This past weekend Trish and I went on our first bike camping trip together. We had a site reserved for Saturday night at Jay Cooke State Park, which is about a thirty mile ride from our house. Thirty miles seems to be about the perfect distance for an overnight trip. I guess the only real drawback with going a shorter distance is finding a way to kill time before leaving. I think we actually got more tired from futzing around while we waited to leave than we did from the ride.
Packing for the trip wasn't that difficult. We pretty much just packed the same things we would take on a backpacking trip. We are by no means ultra light campers. Including the weight of the panniers, I ended up with just under 40 pounds of gear, distributed evenly front and rear. Trish carried about 25 pounds on the rear. We would love to be able to get the weight down a bit, but we do want to be comfortable. Replacing our 8 pound, 4 person tent would probably be a good start. I'm sure we'll get more ideas on how to save weight as we do this more.
We left a few minutes before noon Saturday. The temperature when we left was in the low 50s, and we had about a 10mph tail wind to help us along. It didn't take very long to get used to riding with the extra weight, although I did have a little bit of heel strike on the rear panniers.
Our first bit of excitement on the trip was getting to see this American Bittern just off the side of the road. We've seen and heard one before from a distance, but have never seen one up close. They blend in very well with their environment, and will stick their neck up and sway back and forth just like the reeds they spend much of their time in.
We passed a couple of houses with some very cool art in their yards. These two guys along with three others nearby were in a field along the road.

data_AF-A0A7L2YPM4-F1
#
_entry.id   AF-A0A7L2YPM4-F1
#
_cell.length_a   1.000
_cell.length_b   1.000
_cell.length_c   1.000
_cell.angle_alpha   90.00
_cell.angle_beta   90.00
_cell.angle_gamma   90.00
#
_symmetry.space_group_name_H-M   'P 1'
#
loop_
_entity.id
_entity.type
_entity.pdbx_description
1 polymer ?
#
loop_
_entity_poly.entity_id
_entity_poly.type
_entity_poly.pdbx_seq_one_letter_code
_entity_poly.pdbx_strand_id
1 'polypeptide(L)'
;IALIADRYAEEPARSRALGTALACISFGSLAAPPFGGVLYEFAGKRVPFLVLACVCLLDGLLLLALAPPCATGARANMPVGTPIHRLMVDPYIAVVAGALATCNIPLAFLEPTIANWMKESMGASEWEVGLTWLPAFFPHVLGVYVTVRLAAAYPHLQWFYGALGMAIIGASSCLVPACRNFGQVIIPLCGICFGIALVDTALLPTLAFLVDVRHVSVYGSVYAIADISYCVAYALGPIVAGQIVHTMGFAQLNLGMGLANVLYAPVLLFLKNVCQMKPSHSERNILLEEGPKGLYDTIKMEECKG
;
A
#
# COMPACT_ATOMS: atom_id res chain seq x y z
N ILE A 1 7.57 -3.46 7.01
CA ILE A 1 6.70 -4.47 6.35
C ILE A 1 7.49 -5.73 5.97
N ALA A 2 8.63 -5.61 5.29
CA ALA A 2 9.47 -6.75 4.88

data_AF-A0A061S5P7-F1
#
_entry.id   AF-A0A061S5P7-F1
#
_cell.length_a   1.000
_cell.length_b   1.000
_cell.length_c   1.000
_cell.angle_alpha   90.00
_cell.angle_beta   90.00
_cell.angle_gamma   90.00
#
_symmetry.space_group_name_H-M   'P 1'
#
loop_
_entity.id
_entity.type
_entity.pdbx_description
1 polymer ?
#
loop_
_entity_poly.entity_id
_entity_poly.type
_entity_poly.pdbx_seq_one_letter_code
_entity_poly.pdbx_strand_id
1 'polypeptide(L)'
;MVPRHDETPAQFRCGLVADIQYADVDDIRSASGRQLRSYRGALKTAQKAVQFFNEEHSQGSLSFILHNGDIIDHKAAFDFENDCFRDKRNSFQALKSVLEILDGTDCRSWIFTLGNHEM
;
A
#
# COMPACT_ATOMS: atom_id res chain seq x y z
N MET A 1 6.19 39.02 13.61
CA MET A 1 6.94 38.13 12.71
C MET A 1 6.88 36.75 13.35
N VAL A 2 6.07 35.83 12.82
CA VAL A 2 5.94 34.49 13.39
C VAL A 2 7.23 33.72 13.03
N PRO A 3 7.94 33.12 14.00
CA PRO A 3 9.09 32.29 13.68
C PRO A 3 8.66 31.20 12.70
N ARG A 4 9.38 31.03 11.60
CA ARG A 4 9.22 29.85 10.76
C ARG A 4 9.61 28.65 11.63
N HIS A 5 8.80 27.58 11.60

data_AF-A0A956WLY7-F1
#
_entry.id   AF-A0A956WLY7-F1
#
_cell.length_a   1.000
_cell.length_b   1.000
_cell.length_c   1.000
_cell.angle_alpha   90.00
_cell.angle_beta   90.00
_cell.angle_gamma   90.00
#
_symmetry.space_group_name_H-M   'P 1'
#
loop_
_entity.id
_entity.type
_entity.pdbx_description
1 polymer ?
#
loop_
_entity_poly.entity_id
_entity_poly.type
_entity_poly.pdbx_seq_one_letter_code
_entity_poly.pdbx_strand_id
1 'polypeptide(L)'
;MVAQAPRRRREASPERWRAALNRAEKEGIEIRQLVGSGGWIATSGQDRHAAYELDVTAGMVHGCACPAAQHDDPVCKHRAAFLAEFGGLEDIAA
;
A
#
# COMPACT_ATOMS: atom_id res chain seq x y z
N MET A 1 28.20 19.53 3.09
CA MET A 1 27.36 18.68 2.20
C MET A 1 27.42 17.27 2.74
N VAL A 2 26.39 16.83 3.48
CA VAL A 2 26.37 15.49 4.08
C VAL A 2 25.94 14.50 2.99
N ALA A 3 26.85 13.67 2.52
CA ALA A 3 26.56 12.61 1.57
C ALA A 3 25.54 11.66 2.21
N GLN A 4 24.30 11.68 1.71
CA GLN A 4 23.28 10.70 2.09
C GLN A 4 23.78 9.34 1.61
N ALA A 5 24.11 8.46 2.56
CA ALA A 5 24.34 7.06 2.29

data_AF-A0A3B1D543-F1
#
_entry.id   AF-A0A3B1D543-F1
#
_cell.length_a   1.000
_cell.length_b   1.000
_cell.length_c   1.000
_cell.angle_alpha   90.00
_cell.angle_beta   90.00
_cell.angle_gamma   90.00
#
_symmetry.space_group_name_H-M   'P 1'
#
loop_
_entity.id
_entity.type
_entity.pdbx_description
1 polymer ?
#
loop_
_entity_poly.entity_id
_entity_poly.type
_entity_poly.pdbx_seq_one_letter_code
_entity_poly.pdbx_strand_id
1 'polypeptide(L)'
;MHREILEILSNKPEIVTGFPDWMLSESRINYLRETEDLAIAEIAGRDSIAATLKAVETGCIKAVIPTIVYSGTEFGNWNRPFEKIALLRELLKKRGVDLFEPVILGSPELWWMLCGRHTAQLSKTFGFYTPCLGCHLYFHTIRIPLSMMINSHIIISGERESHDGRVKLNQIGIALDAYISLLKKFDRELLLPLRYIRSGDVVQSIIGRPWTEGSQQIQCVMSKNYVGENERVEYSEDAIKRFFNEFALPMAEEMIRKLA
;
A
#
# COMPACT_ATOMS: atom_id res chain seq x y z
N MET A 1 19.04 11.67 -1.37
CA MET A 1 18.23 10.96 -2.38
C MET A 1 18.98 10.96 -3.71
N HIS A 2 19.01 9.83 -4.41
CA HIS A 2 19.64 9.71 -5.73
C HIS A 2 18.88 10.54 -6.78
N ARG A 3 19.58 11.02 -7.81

Once we got to Thomson, we stopped at house having an outdoor gear sale. The owner let us ride up an access road that went across his property to the east side of the reservoir. If only we had our kayaks with us.
One of the locals.
We arrived at our campsite around four. It turns out we didn't have to reserve a site as the campground was mostly deserted. Better safe than sorry.
After setting up camp, we went down to the park office to get some firewood. But before picking it up, we had to stop and take the requisite swinging bridge and raging river photos.
This is where I planned on putting the picture of me carrying the bundle of firewood on my bike had we done that. We had done enough riding already and just decided to walk and carry it.
One of two fires that evening. It started to rain around dinner time, so we took refuge in the tent until it passed.
We turned in about nine and slept relatively well. The temp got down to about 40 degrees, which is what my sleeping bag is rated to. Trish was warm in her bag, but despite my being head to toe in wool and wearing a jacket, I was a bit chilled. You'd think living in northern Minnesota I would have a warmer sleeping bag. I was going for light weight when I bought it. I may have to rethink that.
We woke up before 6:00 and after having a quick breakfast and coffee, packed up and headed for home.
This is the trail that connects the Munger Trail to the campground. It's about a mile long and is pretty much all uphill on the way out. It was the only section of trail we rode on the whole trip.
Other than a little shortcut we found, we rode the same route home as we took to the park. The scenery was still just as good.